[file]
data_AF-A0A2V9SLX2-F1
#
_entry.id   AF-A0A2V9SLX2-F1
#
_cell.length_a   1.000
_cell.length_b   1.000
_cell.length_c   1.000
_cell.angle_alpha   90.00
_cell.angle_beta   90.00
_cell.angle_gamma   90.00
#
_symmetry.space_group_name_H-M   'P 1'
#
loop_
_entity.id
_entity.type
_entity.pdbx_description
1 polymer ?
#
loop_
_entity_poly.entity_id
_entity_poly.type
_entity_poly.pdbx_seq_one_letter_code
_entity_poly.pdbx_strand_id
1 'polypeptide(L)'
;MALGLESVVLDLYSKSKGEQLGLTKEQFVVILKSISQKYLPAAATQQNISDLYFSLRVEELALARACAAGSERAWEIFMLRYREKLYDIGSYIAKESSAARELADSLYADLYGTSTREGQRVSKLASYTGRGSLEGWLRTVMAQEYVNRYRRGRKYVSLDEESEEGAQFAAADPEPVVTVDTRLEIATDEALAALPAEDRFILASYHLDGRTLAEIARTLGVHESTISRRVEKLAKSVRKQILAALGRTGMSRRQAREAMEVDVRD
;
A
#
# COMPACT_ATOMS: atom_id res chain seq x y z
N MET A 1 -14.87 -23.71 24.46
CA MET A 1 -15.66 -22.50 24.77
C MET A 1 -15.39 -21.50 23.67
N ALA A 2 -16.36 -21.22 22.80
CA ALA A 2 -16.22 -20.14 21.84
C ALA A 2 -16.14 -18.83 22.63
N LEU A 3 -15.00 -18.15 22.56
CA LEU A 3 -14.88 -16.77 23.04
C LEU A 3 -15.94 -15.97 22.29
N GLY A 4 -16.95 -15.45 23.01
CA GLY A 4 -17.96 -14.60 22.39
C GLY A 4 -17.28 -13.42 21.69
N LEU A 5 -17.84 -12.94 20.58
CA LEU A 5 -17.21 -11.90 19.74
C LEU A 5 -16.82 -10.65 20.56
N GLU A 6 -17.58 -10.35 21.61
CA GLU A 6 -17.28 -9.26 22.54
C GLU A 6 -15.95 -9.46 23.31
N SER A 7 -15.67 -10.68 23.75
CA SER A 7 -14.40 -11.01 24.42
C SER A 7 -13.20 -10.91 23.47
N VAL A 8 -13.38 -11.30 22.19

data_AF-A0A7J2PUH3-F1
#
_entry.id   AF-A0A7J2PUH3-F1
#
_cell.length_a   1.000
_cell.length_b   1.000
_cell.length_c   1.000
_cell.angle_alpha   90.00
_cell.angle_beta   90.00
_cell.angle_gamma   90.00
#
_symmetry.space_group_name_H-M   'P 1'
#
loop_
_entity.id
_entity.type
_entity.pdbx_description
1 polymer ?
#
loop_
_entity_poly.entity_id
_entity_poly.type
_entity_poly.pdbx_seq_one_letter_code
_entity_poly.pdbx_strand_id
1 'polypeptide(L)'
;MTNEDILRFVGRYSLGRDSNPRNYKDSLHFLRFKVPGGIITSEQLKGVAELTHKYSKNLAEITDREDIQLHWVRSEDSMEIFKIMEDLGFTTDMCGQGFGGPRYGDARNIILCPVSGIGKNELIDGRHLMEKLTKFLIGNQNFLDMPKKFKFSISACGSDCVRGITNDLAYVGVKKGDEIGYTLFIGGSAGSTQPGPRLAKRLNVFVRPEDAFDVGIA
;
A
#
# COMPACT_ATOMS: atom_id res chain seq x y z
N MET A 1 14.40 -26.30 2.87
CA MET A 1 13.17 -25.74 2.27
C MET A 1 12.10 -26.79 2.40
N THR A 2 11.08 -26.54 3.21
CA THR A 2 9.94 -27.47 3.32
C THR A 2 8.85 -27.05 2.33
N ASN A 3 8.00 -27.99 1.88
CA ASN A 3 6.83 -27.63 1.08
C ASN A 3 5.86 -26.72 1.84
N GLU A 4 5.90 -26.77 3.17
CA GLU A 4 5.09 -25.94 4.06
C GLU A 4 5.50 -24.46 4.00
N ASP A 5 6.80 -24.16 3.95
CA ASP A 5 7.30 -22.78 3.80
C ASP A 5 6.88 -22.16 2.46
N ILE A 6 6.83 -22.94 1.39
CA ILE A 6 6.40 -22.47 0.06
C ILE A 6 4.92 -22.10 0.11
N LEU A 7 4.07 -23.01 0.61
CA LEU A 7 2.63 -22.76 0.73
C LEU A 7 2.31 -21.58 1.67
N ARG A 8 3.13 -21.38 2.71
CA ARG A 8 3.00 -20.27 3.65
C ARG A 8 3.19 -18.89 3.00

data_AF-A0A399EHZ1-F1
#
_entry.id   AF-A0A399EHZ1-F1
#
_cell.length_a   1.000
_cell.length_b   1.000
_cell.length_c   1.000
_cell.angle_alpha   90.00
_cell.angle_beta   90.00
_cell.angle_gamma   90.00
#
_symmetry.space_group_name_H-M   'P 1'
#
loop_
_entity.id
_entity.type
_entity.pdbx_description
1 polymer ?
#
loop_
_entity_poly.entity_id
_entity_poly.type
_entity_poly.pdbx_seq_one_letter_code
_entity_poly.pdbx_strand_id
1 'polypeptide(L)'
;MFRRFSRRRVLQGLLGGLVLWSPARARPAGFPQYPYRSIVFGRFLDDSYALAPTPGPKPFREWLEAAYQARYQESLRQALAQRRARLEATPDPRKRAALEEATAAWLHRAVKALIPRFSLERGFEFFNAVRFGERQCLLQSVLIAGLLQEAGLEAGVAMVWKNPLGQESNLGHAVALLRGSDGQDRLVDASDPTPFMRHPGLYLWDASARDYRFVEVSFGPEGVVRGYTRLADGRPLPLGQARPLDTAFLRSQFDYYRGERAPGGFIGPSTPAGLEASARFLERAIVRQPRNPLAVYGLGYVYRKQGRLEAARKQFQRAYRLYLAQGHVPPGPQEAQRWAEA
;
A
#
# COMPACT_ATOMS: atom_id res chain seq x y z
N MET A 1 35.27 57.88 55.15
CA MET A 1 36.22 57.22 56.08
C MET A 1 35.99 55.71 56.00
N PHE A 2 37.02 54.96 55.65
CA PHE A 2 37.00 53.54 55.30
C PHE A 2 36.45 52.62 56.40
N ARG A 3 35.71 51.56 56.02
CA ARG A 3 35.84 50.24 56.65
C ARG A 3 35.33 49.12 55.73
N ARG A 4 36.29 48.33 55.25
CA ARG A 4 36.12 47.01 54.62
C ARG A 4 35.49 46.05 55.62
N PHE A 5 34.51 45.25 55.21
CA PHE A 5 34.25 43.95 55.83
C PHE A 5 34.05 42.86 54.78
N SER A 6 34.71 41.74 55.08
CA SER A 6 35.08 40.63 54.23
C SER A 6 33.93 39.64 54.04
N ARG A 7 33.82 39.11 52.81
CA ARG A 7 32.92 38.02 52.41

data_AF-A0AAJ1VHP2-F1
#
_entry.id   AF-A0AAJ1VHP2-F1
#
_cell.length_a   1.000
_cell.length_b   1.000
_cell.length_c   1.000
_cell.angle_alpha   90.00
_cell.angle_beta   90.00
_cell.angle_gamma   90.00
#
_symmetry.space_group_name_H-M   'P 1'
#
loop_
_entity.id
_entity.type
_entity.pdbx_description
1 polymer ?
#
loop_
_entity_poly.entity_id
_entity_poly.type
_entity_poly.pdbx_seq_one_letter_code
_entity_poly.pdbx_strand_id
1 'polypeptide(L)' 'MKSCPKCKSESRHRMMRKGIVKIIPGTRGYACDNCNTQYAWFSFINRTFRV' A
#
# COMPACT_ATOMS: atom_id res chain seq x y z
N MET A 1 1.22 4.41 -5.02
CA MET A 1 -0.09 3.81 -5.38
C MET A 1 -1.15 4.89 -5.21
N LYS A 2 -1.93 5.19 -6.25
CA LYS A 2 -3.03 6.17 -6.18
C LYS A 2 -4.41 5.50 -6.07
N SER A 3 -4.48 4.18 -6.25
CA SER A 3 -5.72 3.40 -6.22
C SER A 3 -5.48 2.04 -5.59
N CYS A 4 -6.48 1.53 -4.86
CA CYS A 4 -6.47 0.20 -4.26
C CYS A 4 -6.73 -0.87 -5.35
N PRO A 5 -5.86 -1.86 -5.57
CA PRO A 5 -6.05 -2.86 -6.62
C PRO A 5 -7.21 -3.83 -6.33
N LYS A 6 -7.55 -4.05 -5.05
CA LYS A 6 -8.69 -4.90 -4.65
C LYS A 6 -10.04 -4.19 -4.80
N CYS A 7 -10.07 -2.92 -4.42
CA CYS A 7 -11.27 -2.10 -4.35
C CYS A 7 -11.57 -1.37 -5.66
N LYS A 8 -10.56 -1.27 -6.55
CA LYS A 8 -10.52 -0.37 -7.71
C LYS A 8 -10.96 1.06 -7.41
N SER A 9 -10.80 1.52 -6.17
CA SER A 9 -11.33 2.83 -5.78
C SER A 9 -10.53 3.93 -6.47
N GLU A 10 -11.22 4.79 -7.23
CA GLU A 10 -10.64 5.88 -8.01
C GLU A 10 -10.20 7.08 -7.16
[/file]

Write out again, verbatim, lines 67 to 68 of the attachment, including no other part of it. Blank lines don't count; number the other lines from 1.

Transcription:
_entity.id
_entity.type